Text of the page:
The findings provided information about the various behaviours of killer whales, including echolocation, diving, reproductive behaviour, and more (Robeck et al.). According to an article on killer whales, they are one of the oceans’ most dangerous predators and are typically found in areas that are suitable for them. Little is known about the ecotype of killer whales’ historical distribution (Morin et al.). The data gained, however, demonstrates that training such a dangerous predator in captivity for the purpose of amusing people is just impractical because the killer whales have the potential to attack the trainers at any time.
While animals at zoos aren’t required to perform tricks every day, orcas at SeaWorld were taught seven hours a day, five days a week, to perform for the audience. From the way the acts were presented, SeaWorld seemed more like a circus than a park (Halvorstadt). People responded that SeaWorld was torturing animals for entertainment when asked what they thought of the company’s shows because no animal anticipated to be dragged out of its natural environment and made to perform in front of throngs of spectators. The company ought to be shut down right away because it has been profiting off of animal abuse.
John Hargrove spent two decades working with 20 different whale species in two continents and at two SeaWorld parks in the United States. Hargrove’s childhood ambition of training orcas was realised. Hargrove, though, began to question if the whales’ demands could ever be met in captivity as his interaction with them grew deeper. Hargrove came to the conclusion that SeaWorld’s enormously successful programmes were bad for the whales and ultimately dangerous for trainers after two other trainers were murdered by orcas other marine parks.
Hargrove rose to fame as one of the stars of the contentious film Blackfish after quitting SeaWorld. With Hargrove lending his knowledge to an advocacy movement that is persuading both the federal and state governments to act, the outcry over the abuse of SeaWorld’s orca has now gone beyond the boundaries outlined by the award-winning documentary.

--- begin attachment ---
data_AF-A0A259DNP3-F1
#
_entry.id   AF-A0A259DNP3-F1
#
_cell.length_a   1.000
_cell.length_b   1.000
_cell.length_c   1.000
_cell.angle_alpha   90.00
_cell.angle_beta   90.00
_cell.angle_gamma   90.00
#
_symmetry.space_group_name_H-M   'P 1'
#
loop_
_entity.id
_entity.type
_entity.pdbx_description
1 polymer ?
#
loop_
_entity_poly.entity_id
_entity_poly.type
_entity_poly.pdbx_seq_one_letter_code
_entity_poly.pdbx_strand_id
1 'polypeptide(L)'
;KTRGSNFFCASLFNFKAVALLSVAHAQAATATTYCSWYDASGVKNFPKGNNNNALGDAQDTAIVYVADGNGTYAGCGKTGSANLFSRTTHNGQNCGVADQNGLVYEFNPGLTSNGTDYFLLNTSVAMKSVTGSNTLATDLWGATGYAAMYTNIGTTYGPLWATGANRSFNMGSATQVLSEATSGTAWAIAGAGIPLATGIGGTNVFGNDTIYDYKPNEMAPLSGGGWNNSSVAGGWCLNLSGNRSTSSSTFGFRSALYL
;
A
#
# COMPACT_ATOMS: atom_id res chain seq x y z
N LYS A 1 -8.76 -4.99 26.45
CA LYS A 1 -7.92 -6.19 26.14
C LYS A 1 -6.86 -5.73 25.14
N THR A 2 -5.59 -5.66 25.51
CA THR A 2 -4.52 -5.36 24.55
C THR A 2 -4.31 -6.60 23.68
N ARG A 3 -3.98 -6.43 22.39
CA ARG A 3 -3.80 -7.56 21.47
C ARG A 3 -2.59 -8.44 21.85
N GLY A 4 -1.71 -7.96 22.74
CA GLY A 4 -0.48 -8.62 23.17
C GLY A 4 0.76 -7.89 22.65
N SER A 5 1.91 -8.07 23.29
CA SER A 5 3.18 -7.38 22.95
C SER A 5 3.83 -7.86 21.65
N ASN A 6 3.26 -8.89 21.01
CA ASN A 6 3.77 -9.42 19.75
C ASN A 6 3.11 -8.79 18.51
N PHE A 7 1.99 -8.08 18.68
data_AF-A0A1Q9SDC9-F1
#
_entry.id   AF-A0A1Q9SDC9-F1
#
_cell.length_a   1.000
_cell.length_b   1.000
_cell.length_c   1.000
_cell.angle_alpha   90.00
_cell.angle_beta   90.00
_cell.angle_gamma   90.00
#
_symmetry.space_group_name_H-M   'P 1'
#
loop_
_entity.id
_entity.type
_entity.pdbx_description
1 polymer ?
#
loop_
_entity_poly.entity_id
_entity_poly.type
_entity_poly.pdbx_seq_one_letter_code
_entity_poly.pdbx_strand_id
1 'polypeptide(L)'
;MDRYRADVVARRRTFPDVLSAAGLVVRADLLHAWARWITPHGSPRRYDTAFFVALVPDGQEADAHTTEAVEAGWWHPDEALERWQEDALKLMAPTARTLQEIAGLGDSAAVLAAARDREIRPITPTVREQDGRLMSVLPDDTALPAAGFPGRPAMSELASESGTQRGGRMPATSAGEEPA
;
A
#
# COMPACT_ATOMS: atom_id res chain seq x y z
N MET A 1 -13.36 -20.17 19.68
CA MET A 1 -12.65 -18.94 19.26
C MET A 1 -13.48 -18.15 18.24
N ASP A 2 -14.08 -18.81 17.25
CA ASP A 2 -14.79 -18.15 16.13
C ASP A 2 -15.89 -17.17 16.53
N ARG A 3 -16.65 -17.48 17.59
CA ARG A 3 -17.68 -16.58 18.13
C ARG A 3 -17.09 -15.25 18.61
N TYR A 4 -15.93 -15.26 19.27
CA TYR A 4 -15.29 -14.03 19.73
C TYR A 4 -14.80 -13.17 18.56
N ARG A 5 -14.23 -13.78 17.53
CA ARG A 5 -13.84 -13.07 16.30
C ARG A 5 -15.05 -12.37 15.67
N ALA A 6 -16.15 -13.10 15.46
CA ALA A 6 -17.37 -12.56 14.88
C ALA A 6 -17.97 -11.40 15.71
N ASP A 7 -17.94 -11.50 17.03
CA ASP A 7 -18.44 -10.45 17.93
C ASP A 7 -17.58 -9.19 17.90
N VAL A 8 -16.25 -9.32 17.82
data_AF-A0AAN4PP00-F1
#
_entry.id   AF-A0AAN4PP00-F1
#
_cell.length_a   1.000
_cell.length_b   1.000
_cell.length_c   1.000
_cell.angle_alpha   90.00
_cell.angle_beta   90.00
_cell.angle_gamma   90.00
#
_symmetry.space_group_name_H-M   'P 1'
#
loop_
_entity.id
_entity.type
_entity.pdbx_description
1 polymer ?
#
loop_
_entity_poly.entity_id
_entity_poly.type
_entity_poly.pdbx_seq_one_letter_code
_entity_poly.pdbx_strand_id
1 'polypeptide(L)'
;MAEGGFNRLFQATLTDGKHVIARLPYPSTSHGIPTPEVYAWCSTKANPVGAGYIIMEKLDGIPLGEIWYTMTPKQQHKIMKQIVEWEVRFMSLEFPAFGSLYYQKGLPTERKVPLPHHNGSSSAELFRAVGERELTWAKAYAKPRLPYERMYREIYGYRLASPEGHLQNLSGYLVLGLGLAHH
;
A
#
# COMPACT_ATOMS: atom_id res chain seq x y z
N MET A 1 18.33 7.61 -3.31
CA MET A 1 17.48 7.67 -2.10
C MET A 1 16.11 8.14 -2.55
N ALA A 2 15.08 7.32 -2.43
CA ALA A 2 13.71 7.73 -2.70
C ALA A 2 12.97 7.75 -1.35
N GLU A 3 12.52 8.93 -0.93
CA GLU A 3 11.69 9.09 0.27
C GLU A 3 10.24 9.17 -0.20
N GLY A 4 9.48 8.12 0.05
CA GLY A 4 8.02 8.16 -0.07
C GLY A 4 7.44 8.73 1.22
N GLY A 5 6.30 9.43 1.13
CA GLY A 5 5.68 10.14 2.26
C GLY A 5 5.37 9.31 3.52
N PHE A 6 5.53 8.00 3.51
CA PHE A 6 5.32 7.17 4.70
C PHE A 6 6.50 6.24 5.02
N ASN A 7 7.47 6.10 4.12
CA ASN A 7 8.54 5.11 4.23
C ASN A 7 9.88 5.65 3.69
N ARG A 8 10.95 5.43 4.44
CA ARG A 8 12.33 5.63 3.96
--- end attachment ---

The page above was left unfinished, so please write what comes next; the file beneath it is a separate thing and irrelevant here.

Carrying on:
Why SeaWorld Should Be Shut Down
Hargrove creates an engrossing image of these highly intelligent and sociable animals in Beneath the Surface, including two of his favourite whales, Takara and her mother Kasatka, who are among the most powerful orcas at SeaWorld. And he contrasts orcas’ independence in the water with their life in SeaWorld by including vivid descriptions of orcas’ natural lives.
Humanity is only just beginning its trip toward the conclusion that the relationship between the human and animal worlds needs to be fundamentally rethought, just like Hargrove’s path.
In conclusion, it may be concluded that SeaWorld should be shut down because to the harsh treatment of the orcas. Sea creatures need to be able to swim freely, thus they shouldn’t be kept in cages or small enclosures. The treatment of marine life can be changed, and people can be protected from harm, by closing down parks with a nautical theme. SeaWorld must be closed for the benefit of both the orcas and the trainers, as demonstrated by Hargrove’s book about the care of the orcas there. Sea creatures cannot be coerced into developing odd habits, such as performing stunts or consuming unhealthy food. Since both animals and trainers are living, breathing creatures with inherent rights, neither should be placed in a situation where they could harm or be injured by another. The cruelty of SeaWorld makes one believe that, in our society, animals are nothing more than objects to be used for entertainment and to boost television show ratings. To ensure that SeaWorld entirely closes down and stops harming sea life for its own purposes, severe measures must be taken against it. It is crucial to understand that because orcas are not used to being kept in cages and pools, they are not meant to be treated as assets.